A Serious Emotion, Grammatically Speaking

Did you ever know a serious emotion to express itself in a subordinate clause?

2018-07-20 ttm pixabay couleur CC0 monocle-1620948_640~ Clouds of Witness, BBC TV miniseries, 1972, based on Dorothy L. Sayers’ novel Clouds of Witness, a Lord Peter Wimsey mystery. IMBd credits both Sayers and Anthony Stevens as writers, but because the line is used solely to create atmosphere, and Sayers died in 1957, I doubt it was her idea.

2 thoughts on “A Serious Emotion, Grammatically Speaking

    1. If you find anything, shout it out. People have a right to know.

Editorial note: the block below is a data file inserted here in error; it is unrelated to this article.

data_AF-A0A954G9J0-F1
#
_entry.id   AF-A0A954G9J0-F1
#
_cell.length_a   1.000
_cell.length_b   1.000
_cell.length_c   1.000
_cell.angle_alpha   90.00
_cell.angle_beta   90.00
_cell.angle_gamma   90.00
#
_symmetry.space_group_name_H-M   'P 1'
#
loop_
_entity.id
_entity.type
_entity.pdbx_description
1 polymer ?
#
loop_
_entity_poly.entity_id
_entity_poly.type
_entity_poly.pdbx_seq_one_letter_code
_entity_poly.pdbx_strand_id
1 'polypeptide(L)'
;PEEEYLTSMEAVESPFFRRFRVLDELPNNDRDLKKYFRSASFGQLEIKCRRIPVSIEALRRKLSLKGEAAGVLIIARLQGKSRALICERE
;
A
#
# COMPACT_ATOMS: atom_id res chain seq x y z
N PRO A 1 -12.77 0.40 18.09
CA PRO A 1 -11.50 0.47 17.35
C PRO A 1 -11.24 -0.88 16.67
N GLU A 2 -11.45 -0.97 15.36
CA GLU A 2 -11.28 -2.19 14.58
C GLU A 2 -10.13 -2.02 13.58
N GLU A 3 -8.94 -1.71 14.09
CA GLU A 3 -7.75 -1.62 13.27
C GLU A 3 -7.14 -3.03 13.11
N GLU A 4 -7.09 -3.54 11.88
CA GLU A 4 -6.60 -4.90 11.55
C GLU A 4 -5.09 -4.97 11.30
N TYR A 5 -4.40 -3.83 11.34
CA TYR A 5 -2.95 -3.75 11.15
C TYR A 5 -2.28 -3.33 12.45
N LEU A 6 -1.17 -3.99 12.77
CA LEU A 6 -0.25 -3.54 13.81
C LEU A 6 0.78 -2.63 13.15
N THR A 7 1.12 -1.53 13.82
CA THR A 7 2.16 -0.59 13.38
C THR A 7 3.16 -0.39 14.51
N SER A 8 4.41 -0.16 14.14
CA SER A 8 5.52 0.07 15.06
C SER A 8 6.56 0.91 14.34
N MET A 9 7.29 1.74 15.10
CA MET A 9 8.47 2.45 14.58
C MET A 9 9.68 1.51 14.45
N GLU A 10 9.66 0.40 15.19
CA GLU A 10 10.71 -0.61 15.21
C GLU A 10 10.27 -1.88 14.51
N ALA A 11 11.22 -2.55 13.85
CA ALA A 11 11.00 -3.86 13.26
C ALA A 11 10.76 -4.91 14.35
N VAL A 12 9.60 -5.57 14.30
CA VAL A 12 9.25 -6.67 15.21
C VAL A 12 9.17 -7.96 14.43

The line is the first in a scene set in a rather seedy post-WWI London coffee house frequented by Socialists and others of that ilk–a woman asks the question, the man answers, the conversation becomes more and more passionate and ridiculous, until they collapse into a clinch. Then we move on to the next table, where Lord Peter Wimsey is getting info about his daughter’s gentleman friend from her aristocratic Bolshie pal. I don’t remember anything remarkable from their exchange, but the intro made me smile.


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